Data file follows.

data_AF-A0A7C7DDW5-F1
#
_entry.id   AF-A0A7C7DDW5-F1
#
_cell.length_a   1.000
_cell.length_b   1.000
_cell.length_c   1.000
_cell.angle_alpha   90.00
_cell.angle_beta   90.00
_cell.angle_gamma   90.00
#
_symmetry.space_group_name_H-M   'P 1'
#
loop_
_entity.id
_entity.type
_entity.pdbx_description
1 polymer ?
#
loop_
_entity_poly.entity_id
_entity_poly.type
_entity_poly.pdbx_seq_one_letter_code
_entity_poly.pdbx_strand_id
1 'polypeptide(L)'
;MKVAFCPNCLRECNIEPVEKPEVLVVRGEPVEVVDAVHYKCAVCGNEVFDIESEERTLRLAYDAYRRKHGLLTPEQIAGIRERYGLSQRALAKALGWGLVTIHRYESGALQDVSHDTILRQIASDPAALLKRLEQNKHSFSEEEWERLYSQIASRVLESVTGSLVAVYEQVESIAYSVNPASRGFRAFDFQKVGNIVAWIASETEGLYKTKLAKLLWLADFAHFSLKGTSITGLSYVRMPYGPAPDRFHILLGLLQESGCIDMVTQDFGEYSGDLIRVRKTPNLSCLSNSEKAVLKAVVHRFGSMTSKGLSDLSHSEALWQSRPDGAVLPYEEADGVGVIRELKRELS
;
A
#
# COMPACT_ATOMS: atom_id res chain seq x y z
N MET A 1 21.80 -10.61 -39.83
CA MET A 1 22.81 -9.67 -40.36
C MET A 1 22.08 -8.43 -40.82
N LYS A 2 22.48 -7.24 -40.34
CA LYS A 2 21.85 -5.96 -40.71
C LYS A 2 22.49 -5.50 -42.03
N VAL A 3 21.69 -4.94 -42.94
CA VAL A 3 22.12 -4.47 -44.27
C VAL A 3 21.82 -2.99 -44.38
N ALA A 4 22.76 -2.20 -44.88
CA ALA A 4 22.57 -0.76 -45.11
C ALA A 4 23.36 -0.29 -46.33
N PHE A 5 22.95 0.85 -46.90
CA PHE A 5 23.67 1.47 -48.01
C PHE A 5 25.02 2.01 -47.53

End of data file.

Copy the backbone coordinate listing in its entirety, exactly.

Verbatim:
data_AF-A0A7C7DDW5-F1
#
_entry.id   AF-A0A7C7DDW5-F1
#
_cell.length_a   1.000
_cell.length_b   1.000
_cell.length_c   1.000
_cell.angle_alpha   90.00
_cell.angle_beta   90.00
_cell.angle_gamma   90.00
#
_symmetry.space_group_name_H-M   'P 1'
#
loop_
_entity.id
_entity.type
_entity.pdbx_description
1 polymer ?
#
loop_
_entity_poly.entity_id
_entity_poly.type
_entity_poly.pdbx_seq_one_letter_code
_entity_poly.pdbx_strand_id
1 'polypeptide(L)'
;MKVAFCPNCLRECNIEPVEKPEVLVVRGEPVEVVDAVHYKCAVCGNEVFDIESEERTLRLAYDAYRRKHGLLTPEQIAGIRERYGLSQRALAKALGWGLVTIHRYESGALQDVSHDTILRQIASDPAALLKRLEQNKHSFSEEEWERLYSQIASRVLESVTGSLVAVYEQVESIAYSVNPASRGFRAFDFQKVGNIVAWIASETEGLYKTKLAKLLWLADFAHFSLKGTSITGLSYVRMPYGPAPDRFHILLGLLQESGCIDMVTQDFGEYSGDLIRVRKTPNLSCLSNSEKAVLKAVVHRFGSMTSKGLSDLSHSEALWQSRPDGAVLPYEEADGVGVIRELKRELS
;
A
#
# COMPACT_ATOMS: atom_id res chain seq x y z
N MET A 1 21.80 -10.61 -39.83
CA MET A 1 22.81 -9.67 -40.36
C MET A 1 22.08 -8.43 -40.82
N LYS A 2 22.48 -7.24 -40.34
CA LYS A 2 21.85 -5.96 -40.71
C LYS A 2 22.49 -5.50 -42.03
N VAL A 3 21.69 -4.94 -42.94
CA VAL A 3 22.12 -4.47 -44.27
C VAL A 3 21.82 -2.99 -44.38
N ALA A 4 22.76 -2.20 -44.88
CA ALA A 4 22.57 -0.76 -45.11
C ALA A 4 23.36 -0.29 -46.33
N PHE A 5 22.95 0.85 -46.90
CA PHE A 5 23.67 1.47 -48.01
C PHE A 5 25.02 2.01 -47.53